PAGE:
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Don't Shoot! Not for New Year's Eve, Anyway

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If you want to shoot guns to ring in the new year, it's a better idea to shoot one like this, rather than a real one.

It's an old tradition -- firing a celebration shot or two into the air to ring in the new year. And it's a tradition police departments say they want to see go away forever.

"Don't do that," says Jay Sanders, director of public safety at the Sulphur Springs Police Department.  “What goes up must come down."

That’s not a cliché, that’s physics. Bullets will always arc and return to the ground, unless they hit something on the way down. According to the Centers for Disease Control, “bullets fired into the air during celebrations fall with sufficient force to cause injury and death.” CDC studies in Puerto Rico, where celebratory gunfire is common, find that two people die and two dozen are injured every year from guns being fired into the air.

In the last four years, Texas has had two serious incidents related to celebratory New Year’s gunfire. On New Year’s Day 2015, a 43-year-old Houston man names Javier Suarez Rivera was killed by a falling bullet while watching fireworks; and in 2017, Texas State Representative Armando Martinez (D-39th) was seriously hurt by a falling bullet on New Year’s Day.

Even for those who escape harm, the calls can be of the very close variety, as KERA reporter Anthony Cave explains in a look at celebratory gunfire incidents in Dallas.

There’s also the matter of property damage. Falling – or worse, arcing – bullets or shells can crash through window, awnings, or porch screens. They can damage roofs or cars or sheds.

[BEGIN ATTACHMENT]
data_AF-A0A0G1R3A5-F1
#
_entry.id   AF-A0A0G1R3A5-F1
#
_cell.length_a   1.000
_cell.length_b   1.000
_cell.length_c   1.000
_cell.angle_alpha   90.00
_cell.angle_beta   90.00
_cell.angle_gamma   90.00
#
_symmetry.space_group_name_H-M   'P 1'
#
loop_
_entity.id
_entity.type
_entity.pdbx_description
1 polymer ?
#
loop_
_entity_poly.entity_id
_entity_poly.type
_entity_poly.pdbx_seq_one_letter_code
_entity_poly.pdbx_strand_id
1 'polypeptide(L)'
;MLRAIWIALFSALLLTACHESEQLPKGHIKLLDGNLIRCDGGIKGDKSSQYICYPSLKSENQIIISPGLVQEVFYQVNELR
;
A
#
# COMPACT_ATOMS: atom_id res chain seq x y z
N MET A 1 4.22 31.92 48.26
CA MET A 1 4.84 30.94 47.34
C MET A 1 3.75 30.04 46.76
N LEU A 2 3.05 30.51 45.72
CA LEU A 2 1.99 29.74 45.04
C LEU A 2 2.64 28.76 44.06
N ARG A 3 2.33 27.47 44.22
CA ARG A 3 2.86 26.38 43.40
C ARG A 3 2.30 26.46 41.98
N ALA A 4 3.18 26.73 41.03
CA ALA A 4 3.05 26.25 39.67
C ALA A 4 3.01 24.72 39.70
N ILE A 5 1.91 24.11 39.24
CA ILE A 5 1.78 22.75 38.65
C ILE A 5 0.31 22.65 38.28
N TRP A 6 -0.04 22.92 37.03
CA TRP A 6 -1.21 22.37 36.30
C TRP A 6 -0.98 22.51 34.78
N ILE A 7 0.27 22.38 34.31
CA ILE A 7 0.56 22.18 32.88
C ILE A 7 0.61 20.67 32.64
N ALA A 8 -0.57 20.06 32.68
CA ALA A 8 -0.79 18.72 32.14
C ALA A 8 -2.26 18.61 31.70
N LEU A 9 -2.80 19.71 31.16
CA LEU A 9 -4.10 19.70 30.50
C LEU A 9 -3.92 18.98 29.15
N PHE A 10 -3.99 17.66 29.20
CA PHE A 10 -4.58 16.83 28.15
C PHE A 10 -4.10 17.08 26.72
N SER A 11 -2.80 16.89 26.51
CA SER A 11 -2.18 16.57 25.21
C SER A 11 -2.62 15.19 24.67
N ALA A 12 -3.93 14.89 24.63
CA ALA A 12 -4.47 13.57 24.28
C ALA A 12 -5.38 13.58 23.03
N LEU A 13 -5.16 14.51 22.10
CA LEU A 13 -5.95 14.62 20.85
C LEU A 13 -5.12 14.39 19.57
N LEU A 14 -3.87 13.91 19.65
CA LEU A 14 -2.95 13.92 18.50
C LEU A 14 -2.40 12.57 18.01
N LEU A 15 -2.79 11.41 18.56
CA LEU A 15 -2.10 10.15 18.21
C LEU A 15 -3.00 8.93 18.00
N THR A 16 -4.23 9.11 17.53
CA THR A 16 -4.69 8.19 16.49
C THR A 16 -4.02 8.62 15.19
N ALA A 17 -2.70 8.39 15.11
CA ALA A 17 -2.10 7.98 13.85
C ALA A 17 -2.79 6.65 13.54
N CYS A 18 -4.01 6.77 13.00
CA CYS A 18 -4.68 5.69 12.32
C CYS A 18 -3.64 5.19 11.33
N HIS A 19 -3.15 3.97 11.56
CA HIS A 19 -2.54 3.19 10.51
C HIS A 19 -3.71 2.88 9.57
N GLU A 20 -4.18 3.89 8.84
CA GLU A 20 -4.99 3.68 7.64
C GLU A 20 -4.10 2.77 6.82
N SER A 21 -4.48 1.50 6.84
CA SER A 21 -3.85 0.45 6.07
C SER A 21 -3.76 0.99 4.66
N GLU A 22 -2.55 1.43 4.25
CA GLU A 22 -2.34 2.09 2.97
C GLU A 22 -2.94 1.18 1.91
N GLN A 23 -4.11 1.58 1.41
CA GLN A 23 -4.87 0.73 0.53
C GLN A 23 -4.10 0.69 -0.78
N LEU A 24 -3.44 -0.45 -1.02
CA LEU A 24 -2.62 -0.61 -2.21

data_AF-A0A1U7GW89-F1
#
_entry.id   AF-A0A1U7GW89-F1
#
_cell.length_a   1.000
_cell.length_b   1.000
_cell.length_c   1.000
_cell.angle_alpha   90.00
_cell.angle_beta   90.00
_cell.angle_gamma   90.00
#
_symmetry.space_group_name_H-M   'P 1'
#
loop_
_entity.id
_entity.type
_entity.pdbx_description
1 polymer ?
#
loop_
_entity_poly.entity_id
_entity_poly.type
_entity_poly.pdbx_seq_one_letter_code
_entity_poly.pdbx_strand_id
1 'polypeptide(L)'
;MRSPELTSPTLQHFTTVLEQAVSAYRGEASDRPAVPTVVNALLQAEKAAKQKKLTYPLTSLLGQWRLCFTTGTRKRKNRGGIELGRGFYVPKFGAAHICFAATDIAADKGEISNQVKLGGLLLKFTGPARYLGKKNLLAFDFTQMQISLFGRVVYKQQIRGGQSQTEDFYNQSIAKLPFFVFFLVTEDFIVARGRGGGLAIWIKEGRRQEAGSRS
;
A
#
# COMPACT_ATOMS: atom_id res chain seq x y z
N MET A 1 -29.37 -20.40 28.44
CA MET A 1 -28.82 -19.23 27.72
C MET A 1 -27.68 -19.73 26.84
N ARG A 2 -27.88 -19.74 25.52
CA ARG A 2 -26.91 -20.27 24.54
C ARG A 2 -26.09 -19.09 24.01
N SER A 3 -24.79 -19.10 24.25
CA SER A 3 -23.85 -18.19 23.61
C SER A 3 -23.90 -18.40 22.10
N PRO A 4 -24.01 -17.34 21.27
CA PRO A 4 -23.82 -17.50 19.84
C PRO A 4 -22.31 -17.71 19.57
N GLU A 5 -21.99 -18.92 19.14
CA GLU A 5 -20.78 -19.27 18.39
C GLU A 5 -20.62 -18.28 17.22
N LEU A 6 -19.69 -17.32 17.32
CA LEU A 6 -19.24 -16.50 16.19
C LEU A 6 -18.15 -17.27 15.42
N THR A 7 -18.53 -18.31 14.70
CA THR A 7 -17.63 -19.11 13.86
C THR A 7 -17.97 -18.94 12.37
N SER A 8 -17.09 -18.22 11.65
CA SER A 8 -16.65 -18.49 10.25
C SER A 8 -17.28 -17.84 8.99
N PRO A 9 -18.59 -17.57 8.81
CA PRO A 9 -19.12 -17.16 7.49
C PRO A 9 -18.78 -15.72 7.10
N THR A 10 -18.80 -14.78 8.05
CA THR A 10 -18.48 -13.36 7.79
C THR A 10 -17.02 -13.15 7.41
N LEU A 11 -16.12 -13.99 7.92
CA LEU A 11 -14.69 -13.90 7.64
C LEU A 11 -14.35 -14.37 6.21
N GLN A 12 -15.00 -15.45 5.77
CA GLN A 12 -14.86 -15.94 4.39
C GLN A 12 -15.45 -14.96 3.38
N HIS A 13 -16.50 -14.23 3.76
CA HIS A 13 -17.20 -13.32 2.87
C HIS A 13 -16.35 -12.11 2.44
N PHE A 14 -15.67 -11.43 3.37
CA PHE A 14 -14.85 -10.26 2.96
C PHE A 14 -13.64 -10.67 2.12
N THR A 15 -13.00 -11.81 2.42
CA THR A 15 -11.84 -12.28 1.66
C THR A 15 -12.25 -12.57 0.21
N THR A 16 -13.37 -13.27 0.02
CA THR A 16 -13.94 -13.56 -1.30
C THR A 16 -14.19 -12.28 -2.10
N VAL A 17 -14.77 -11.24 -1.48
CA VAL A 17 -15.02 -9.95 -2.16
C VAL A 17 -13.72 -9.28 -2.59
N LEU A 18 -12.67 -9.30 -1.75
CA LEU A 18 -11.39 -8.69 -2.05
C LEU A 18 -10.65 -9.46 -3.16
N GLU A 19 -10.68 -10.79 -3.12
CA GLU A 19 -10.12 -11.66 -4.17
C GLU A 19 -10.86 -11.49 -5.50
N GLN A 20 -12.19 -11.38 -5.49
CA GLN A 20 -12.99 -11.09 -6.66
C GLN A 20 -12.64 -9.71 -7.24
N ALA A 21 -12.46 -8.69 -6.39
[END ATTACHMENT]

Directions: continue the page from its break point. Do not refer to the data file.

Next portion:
Again, Texas has its history with this.

“Bullets have been extracted from a number of roofs in the Houston and surrounding areas,” wrote Edward Robinson, vice president of Professional Engineering Inspections, back in 1999. “The rounds were taken from locations that might surprise you. Affluent neighborhoods were no exception.”

Robinson added that the rounds “were buried to a depth at least equal to their length and some deeper. It is a popular perception that falling bullets are harmless.”

Then, of course, there’s the question of legality. While the laws surrounding discharge of gunfire can be complicated, it is always true that any round fired that leaves private property can lead to arrest and/or fine.  The Texas Tribune reported in 2017 that:

Anyone who fires a gun in a public place without a legitimate reason — you aren’t protecting yourself or shooting in a firing range — is committing disorderly conduct. That's a Class B misdemeanor, meaning you could face up to 180 days in jail and/or a $2,000 fine if you're caught.

For reasons that aren't entirely clear, the punishment is less severe if you fire your gun "on or across a public road." In that case, it's a Class C misdemeanor — nothing more serious than a traffic ticket.

Just because you might be out in the country is no reason to tempt fate though, says Jay Sanders. Physics work in the country as much as they do in the city. Sanders recommends that if you want something that makes noise, make it something not so potentially damaging.

“Stick with fireworks,” he says. “You’ll be fine.”